A number of subjects can be identified and defined within each application domain. Whilst a Masters degree cannot incorporate all subjects, a selection of subjects representative of each domain ensures that the course incorporates the necessary breadth and depth of material to ensure a skilled graduate.
The Masters allows for progressive deepening in your knowledge and understanding, culminating in the research project which is an in-depth investigation of a specific topic or issue where you will apply the techniques you have learned from your Data Science modules to a research problem in a Humanities domain of your choosing.
The global dimension is reinforced through the use of international examples and case studies where appropriate.
The Master of Data Science (Digital Humanities) degree is comprised of the following core modules:
- Introduction to Computer Science
- Introduction to Statistics for Data Science
- Machine Learning
- Programming for Data Science
- Introduction to Mathematics for Data Science
- Digital Humanities: Theory and Practice
- Research Project (60 credits).
Examples of optional modules:
- Ethics and Bias in Data Analytics
- Text Mining and Language Analytics
- Data Exploration, Visualization, and Unsupervised Learning
- Strategic Leadership.
Course Learning and Teaching
The Master of Data Science is research-oriented. Data Science is a driving force behind many subject specialisations today and aspects are delivered within the context of an active and varied research culture as is demonstrated via the associated academics and researchers within the Institute for Data Science.
Students are also encouraged, through a range of modules, to develop research methods, skills and ethics reflecting the wide range of methods used by the research active staff. Research methodologies are actively taught through many other modules and assessments. They are also developed through innovative teaching practices such as simulations. Overall students are encouraged and guided to be ‘research minded’ in all modules, and to develop these critical skills for the future.
All modules taught on this programme are underpinned by research, and embed elements of research training both in the delivery and in the assessment.
The Master of Data Science uses a wide range of learning and teaching methods:
- Computer/practical classes
- Independent study, research and analysis
- Structured reading
- Case studies
- Data Science Project
- Group and individual oral presentations
The project is a major research project, conducted and written up as an independent piece of work with support from the student’s appointed supervisor.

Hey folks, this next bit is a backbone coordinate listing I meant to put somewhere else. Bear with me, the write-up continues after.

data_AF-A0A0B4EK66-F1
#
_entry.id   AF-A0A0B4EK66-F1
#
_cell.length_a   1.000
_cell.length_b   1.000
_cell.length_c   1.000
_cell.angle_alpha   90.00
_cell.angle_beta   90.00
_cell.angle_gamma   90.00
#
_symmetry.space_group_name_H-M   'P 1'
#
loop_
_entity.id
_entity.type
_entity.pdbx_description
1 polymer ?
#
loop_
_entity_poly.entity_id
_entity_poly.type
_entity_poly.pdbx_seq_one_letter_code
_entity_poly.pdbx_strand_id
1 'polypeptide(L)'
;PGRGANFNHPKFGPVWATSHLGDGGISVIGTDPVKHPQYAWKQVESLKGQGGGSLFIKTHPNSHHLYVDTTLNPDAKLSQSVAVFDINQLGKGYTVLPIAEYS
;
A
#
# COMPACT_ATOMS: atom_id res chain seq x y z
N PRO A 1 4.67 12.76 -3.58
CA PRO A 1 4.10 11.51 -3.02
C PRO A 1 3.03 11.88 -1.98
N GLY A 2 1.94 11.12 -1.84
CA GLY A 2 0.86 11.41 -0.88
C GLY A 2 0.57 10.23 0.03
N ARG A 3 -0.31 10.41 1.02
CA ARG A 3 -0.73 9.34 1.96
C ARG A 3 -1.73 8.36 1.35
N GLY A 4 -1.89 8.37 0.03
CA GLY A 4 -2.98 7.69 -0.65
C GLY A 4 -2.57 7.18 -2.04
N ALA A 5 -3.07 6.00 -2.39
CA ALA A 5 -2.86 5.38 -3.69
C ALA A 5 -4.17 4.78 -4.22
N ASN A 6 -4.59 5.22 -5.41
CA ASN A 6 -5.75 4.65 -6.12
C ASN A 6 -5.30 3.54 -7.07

Student academic support and guidance is provided through the members of the Management Board, module coordinators, and individual lecturers. This support may take the form of face-to-face contact, telephone, e-mail, or other online contact, as appropriate.
Students also have an appointed Academic Advisor who is able to guide and inform them in their academic development and choice of optional modules.
Information, requirements and expectations regarding the programme overall are provided in the Programme Handbook, which is issued to all students at the beginning of the year and is available on Blackboard Ultra afterwards. This is supplemented information on module aims/learning outcomes, content, key skills, formative and summative assessments and recommended reading.
Academic support to students is initially provided through an induction programme which provides an introduction to the University, the contributing departments, the programme, and key members of staff.
Subject requirements, level and grade
A UK first or upper second class honours degree or equivalent in a degree in the Humanities.
Evidence of competence in written and spoken English if the applicant’s first language is not English:
- minimum TOEFL requirement is 102 IBT (no element under 23)
- minimum IELTS score is 7.0 overall with no element under 6.0 or equivalent
English Language requirements
Please check requirements for your subject and level of study.
How to apply
Fees and Funding
Full Time Fees
|EU Student||£24,900.00 per year|
|Home Student||£10,500.00 per year|
|Island Student||£10,500.00 per year|
|International non-EU Student||£24,900.00 per year|
The tuition fees shown are for one complete academic year of full time study, are set according to the academic year of entry, and remain the same throughout the duration of the programme for that cohort (unless otherwise stated).
Please also check costs for colleges and accommodation.